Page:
The Bank of England’s (BoE) chief economist, Andrew Haldane, has admitted the central bank’s forecast that the Brexit vote would cause a sharp slowdown in the UK economy had proved to be a misjudgment.
He added that misjudged forecasting had failed to anticipate the global financial crisis of 2008 and had left the economic profession “in crisis”.
Haldane told UK daily The Guardian that the BoE had not anticipated the resilience of UK consumer spending following the June 23 referendum on European Union (EU) membership and criticised the Bank’s economic forecasting models.
“I am not someone who would say that all that has been done in the past is terrible. It is just that the models we had were rather narrow and fragile,” he added. “The problem came when the world was tipped upside down and those models were ill-equipped to making sense of behaviours that were deeply irrational.”
The BoE was criticised for its role in so-called ‘Project Fear’ in the run-up to the EU referendum, supporting the warnings by the-then prime minister David Cameron and chancellor George Osborne that the UK would suffer a dramatic economic slowdown if voters elected to leave the EU.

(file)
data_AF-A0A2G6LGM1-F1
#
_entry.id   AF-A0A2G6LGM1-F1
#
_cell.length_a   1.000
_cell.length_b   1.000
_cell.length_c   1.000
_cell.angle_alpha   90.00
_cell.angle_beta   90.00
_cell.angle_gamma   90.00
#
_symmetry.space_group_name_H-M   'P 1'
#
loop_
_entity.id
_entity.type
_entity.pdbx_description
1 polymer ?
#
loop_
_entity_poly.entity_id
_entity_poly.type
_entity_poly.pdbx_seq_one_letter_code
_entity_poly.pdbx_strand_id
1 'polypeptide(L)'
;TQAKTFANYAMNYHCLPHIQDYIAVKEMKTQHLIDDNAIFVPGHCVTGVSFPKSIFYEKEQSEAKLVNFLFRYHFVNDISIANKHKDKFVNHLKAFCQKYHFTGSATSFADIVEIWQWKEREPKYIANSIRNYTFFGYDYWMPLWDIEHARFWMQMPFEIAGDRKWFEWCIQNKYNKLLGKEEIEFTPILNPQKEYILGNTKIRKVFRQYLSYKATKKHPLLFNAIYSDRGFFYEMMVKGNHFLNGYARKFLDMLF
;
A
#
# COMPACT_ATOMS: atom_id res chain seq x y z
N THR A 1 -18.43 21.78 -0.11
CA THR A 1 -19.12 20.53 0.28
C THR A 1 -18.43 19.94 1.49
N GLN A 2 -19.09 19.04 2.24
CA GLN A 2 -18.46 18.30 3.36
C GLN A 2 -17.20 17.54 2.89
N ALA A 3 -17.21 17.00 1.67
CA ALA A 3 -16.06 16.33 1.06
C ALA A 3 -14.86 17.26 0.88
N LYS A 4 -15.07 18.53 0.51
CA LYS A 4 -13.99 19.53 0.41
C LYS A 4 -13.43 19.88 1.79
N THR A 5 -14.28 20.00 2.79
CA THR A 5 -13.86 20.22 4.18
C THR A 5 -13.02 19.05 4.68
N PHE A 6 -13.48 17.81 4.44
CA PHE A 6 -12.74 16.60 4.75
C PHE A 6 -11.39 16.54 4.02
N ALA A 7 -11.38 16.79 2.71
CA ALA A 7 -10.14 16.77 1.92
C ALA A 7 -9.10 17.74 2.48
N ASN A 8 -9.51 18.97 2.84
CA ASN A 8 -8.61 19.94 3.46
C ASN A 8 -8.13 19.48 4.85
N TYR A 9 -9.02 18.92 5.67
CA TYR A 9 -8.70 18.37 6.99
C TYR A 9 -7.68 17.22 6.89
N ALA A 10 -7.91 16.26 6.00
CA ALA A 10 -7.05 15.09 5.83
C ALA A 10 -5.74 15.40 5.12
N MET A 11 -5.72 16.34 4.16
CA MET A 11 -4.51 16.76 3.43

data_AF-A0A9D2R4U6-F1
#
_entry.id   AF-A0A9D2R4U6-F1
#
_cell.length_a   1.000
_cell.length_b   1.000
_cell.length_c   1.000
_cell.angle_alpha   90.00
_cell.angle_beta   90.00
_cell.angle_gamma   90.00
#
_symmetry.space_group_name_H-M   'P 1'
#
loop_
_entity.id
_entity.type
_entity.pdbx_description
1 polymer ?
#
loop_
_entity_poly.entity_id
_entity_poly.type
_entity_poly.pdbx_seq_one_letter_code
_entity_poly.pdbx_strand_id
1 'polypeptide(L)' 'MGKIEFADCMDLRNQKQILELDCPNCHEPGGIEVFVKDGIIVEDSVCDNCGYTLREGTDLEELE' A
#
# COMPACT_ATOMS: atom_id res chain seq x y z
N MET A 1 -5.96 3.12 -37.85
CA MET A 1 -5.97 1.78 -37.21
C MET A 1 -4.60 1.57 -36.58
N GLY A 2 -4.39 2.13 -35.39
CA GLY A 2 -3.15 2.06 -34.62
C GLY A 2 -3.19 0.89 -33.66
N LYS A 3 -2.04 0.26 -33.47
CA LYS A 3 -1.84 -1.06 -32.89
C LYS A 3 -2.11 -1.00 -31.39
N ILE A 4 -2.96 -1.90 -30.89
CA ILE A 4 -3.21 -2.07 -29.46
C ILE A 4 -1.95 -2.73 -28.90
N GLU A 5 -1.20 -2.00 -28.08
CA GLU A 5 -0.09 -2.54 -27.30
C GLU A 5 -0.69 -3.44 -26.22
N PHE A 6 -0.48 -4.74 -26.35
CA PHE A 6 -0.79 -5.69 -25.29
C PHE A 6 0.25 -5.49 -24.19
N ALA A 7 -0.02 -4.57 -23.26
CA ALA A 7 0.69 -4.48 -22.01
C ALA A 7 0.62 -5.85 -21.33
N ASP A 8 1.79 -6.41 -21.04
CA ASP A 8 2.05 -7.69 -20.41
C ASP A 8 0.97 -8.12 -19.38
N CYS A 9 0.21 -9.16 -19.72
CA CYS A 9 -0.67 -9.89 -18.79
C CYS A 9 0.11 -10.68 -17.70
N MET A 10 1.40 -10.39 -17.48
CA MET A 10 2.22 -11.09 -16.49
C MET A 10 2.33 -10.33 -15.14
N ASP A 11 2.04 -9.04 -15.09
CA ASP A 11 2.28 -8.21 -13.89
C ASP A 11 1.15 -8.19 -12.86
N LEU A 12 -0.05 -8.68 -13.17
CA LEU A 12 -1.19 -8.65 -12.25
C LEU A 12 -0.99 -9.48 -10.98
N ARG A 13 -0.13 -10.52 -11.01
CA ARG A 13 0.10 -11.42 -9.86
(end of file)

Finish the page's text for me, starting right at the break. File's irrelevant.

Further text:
However, Haldane believes that Brexit could still harm growth: “I think, near-term, the data – the evidence we have been accumulating since the referendum – has surprised to the upside. There has been greater resilience, in particular among consumers and among the housing market, than we had expected.
“Has that led us to fundamentally change our view on the fortunes of the economy looking forward over the next several years? Not really.”
Haldane also suggested that following a series of inaccurate forecasts, economists would now be re-examining their models: “It is a fair cop to say the profession is to some degree in crisis. It is not the first time it has happened. Out of this crisis, there could be a rebirth of economics.”
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